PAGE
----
Daily activities as mindfulness opportunities and/or prayer life — themes on ‘praying ceaselessly’ from 1 Thessalonians

Here are the two best prayers I know: ‘Help me, help me, help me’ and ‘Thank you, thank you, thank you.’ — Anne Lamott

Blessing of your work — John O’Donohue

May the light of your soul guide you.
May the light of your soul bless the work
You do with the secret love and warmth of your heart.
May you see in what you do the beauty of your own soul.
May the sacredness of your work bring healing, light and renewal to those
Who work with you and to those who see and receive your work.
May your work never weary you.
May it release within you wellsprings of refreshment, inspiration and excitement.
May you be present in what you do.
May you never become lost in the bland absences.
May the day never burden you.
May dawn find you awake and alert, approaching your new day with dreams,
Possibilities and promises.
May evening find you gracious and fulfilled.
May you go into the night blessed, sheltered and protected.
May your soul calm, console and renew you.


Questions to consider:

  • Do you have a spiritual practice of prayer or contemplation?
  • If not, what time of day might you regularly include such a practice? As you first wake up? Before you go to bed?
  • What if prayer could take place in the midst of daily activities such as washing dishes, traveling to school or work, walking outside, brushing your teeth, washing hands or something else simple?
  • How would you change the way you approach such a daily activity, to pay more attention, to be present and thoughtful about what you’re doing, and let it become a form of prayer, by being attentive and grateful to what happens?

Walking as Prayer

While it’s common knowledge that walking is good for physical health, many people may never have considered that walking is also good for their spiritual health. — Thomas Hawkins

Let every step you take upon the earth be as a prayer. — Black Elk

But where do we even start on the daily walk of restoration and awakening? We start where we are. — Anne Lamott

Many of us walk for the sole purpose of getting from one place to another. Now suppose we are walking to a sacred place. We would walk quietly and take each gentle step with reverence. I propose that we walk this way every time we walk on the earth. The earth is sacred and we touch her with each step. We should be very respectful, because we are walking on our mother. If we walk like that, then every step will be grounding, every step will be nourishing. — Thich Nhat Hanh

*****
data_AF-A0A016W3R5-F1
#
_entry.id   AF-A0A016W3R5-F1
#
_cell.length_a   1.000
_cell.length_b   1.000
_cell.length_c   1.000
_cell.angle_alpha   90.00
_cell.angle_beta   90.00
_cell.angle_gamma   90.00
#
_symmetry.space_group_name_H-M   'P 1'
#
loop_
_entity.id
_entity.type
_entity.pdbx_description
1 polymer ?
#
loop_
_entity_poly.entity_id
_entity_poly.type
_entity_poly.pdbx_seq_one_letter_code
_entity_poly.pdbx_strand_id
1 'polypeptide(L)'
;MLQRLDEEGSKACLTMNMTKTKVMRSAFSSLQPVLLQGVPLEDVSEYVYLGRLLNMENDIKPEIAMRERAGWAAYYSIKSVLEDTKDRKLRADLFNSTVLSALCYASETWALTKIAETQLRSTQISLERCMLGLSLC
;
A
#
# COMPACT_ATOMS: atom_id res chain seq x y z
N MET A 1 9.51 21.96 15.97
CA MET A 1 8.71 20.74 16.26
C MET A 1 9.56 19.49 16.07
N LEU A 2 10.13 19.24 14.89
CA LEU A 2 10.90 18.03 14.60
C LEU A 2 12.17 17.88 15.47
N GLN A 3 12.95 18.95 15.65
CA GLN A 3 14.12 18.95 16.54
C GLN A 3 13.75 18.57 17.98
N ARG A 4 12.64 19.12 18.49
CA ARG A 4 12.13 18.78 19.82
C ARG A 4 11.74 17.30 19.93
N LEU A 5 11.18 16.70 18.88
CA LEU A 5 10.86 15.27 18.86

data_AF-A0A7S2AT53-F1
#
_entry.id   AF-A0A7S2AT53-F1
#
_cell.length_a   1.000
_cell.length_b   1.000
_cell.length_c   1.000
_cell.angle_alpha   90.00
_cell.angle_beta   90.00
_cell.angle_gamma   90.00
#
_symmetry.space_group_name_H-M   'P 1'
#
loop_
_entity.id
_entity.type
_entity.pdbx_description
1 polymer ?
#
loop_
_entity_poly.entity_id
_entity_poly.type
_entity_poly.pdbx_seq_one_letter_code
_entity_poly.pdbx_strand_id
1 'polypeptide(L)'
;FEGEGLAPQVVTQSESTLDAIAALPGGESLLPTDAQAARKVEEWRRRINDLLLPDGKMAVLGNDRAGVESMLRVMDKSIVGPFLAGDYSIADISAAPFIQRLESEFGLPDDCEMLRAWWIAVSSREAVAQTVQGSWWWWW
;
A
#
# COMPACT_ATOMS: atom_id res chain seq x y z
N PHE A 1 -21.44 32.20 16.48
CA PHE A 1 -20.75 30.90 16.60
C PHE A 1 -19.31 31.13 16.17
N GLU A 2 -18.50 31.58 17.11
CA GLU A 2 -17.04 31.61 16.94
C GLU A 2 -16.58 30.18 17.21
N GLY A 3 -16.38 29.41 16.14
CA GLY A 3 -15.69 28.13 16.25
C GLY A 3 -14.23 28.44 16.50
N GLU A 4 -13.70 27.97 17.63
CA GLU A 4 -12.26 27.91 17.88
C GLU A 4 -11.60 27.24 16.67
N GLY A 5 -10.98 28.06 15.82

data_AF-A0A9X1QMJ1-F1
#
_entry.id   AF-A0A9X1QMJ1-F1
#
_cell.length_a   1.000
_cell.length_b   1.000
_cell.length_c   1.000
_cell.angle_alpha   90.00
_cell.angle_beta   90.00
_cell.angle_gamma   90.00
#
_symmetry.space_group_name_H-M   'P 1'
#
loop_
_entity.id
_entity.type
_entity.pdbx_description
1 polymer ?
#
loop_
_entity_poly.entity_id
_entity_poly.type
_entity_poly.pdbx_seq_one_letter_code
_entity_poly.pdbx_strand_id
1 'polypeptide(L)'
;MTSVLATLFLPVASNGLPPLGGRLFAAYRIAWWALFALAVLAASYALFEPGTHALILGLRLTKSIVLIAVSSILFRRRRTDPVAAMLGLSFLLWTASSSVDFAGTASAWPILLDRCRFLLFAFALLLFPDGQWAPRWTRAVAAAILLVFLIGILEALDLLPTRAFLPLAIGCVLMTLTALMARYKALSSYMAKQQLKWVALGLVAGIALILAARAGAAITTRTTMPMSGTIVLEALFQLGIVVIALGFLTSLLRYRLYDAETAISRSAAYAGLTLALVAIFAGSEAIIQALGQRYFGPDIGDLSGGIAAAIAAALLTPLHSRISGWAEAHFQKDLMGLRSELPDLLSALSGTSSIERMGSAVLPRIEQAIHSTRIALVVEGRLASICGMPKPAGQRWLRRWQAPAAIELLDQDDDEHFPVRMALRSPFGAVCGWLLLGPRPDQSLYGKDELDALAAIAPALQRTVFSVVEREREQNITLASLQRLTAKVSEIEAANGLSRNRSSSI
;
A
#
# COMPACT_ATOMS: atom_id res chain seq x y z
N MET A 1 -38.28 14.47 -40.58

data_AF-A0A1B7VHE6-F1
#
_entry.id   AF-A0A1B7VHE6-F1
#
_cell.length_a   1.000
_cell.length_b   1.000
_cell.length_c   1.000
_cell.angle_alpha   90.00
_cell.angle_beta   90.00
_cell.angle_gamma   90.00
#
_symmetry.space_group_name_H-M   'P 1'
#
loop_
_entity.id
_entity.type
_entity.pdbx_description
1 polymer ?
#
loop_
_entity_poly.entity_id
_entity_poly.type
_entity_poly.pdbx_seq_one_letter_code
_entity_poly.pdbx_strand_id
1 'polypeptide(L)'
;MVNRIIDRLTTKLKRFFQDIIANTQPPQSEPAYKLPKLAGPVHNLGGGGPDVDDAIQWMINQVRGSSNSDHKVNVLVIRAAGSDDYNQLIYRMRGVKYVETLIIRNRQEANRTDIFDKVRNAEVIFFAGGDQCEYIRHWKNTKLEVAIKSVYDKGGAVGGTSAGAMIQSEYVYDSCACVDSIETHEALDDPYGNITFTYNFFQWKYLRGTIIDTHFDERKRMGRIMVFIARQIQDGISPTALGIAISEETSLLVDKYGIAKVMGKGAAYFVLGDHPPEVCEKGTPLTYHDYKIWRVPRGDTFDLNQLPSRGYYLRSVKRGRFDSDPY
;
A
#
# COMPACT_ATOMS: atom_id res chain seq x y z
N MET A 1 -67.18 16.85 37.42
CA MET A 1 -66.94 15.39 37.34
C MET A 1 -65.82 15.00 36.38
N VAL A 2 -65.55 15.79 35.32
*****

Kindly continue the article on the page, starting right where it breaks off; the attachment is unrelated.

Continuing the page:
Prayer as Mindfulness, Consciousness and Seeking Union with Something More

Prayer is talking to something or anything with which we seek union, even if we are bitter or insane or broken… Prayer is taking a chance that against all odds and past history, we are loved and chosen, and do not have to get it together before we show up. The opposite may be true: We may not be able to get it together until after we show up in such miserable shape. — Anne Lamott

The Sufis tell a wonderful story about a seeker who one night hears a voice saying, “Who’s there?” and the Sufi seeker answers with great excitement, “It is I, it is I, Lord! I am right here!” And the voice disappears. Years later, the Sufi again hears the voice calling, “Who’s there?” The Sufi thinks, “Here’s that voice again!” and he gets very excited at yet another opportunity, and responds, “It is I, Lord, and I seek you with all my heart!” Once again, the voice disappears. Some years later he again hears the voice calling, “Who’s there?” This time, the Sufi replies, “Thou Lord, only Thou!” This story clearly describes the process of moving oneself into the mind, heart, and consciousness of God. It comes, yes, little by little, but it also comes instantaneously, once we move into what the ancient mystics call “prayer without words.” This prayer is the prayer of consciousness. This prayer is the very breath of life. Consciousness that the breath I breathe is the breath of God is the sum total of an attitude of prayer. — Joan Chittister

Breath as Prayer

The fourth element of our body is air. The best way to experience the air element is the practice of mindful breathing. “Breathing in, I know I am breathing in. Breathing out, I know I am breathing out.” After saying these sentences we can abbreviate them by saying “In” as we breathe in and “Out” as we breathe out. We don’t try to control our breathing. Whether our in-breath is long or short, deep or shallow, we just breathe naturally and shine the light of mindfulness on it. When we do this we notice that, in fact, our breathing does become slower and deeper naturally. “Breathing in, my in-breath has become deep. Breathing out, my out-breath has become slow.” Now we can practice, “Deep/slow.” We don’t have to make an extra effort. It just become deeper and slower by itself, and we recognize that. Later on, you will notice that you have become calmer and more at ease. “Breathing in, I feel calm. Breathing out I feel at ease. I am not struggling anymore. Calm/ease.” And then, “Breathing in, I smile. Breathing out, I release all my worries and anxieties. Smiles/release.’ We are able to smile to ourselves and release all our worries. There are more than three hundred muscles in our face, and when we know how to breathe in and smile, these muscles can relax. This is “mouth yoga.” We smile and are able to release all our feelings and emotions. The last practice is, “Breathing in, I dwell deeply in the present moment. Breathing out, I know this is a wonderful moment. Present moment/wonderful moment.” Nothing is more precious than being in the present moment fully alive and aware.

“In, out
Deep, slow
Calm, ease
Smile, release”

Present moment, wonderful moment.”If you use this poem during sitting or walking meditation, it can be very nourishing and helping. Practice each line for as long as you wish. — Thich Nhat Hanh

Walking as Prayer

While it’s common knowledge that walking is good for physical health, many people may never have considered that walking is also good for their spiritual health. — Thomas Hawkins